Since 1982

Support House > About > Our History

Our History

Support House was founded in 1982 by family and friends who wanted to ensure that people with mental health issues could remain or return to their community. The Chartwell Residence, a seven-bedroom house, was purchased to provide support and a home to more fully integrate people into the community.

Over the years, supportive housing was expanded to include three townhouses in Oakville and two in Acton. Operational funding is provided through the Ministry of Health and Long-Term Care as well as the Mississauga Halton Local Integrated Health Network (MH LHIN). Partnerships were later forged to develop the Halton Homes Program for those with serious mental illness, as well as a relationship with the Region of Halton who provides rent-geared-to-income (RGI) housing units.

In support of peer-run and peer-driven services, a formal relationship with TEACH (Teach, Empower, Advocate for Community Health) was established in 1997, forging new directions in the self-help and consumer survivor movement.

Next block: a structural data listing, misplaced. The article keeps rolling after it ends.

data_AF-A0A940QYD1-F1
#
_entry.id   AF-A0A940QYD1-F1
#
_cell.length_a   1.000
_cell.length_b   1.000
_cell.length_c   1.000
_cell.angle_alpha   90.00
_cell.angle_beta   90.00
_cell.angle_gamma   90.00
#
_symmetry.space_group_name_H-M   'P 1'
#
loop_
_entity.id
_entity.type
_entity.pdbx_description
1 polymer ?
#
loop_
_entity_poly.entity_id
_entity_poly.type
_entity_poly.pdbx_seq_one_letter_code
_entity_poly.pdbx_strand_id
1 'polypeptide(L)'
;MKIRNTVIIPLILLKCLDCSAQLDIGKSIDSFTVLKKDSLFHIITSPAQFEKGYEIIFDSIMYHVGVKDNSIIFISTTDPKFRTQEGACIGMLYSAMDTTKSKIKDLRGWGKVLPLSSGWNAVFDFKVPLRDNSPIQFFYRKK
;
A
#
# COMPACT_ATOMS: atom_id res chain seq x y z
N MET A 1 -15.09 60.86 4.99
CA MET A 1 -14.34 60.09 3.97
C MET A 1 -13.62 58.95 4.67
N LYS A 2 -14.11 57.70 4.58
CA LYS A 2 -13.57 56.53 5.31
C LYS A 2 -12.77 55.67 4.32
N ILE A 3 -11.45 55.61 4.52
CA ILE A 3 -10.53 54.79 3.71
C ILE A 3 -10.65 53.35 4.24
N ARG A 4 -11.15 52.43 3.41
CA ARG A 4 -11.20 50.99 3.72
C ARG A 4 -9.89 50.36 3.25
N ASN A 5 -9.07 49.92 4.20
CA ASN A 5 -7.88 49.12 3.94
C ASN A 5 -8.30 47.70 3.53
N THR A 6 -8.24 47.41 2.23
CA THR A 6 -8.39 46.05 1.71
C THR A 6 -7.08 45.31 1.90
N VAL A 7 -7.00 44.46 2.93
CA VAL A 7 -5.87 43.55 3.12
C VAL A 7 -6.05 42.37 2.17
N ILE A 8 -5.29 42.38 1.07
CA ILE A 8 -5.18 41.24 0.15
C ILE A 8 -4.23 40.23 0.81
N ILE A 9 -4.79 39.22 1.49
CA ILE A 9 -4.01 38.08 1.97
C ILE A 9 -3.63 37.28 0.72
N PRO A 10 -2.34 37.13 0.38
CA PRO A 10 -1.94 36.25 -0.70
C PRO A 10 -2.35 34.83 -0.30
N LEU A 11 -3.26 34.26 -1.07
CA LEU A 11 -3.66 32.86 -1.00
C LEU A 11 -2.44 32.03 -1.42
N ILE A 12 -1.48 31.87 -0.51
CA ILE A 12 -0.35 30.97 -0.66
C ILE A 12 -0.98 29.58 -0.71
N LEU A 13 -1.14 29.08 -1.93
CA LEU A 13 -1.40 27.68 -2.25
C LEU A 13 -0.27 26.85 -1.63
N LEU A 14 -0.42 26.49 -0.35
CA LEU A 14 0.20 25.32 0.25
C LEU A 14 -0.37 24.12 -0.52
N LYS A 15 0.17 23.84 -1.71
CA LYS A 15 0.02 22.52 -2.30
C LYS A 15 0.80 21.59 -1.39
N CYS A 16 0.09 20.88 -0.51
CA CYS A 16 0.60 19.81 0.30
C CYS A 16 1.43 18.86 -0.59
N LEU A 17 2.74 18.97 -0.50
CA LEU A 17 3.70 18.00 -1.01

Support House continued to expand its continuum of supportive housing to include seniors at Bonnie Place II and St. Andrews, and LIFE House, a home for youth in Acton. In 2011, SHH partnered with ADAPT to develop ASH, a supportive housing program for those living with substance use challenges.

Transitional Aged Youth (TAY) staff and programming – a youth-centred cross-sectoral approach to integration, was initiated to effectively meet the specific needs of youth as well as to effectively transition youth into the adult system. The TAY Service Coordination service is a Mississauga-Halton LHIN initiative that provides a monthly place where agency staff come together to problem-solve and assist youth who may benefit from an enhanced service plan as well as to successfully bridge youth into adult services.

The Centre for Innovation in Peer Support was funded by the MHLHIN to create a network of supports for peers across the sector and more fully advocate for peer work provincially and nationally. The Centre has been foundational and instrumental in our values-based approaches to our support work across the agency.

In 2014, Grace House, an Oakville-based residence that provides affordable, supportive, transitional housing for ten individuals was merged with Support House. The merger furthered the work of SHH to enable the provision of a full continuum of supportive affordable housing within the Halton Region.

In 2020 TEACH was amalgamated with the systems work of the Centre for Innovation in Peer support. Support and Housing – Halton also changed it name and rebranded to become Support House.

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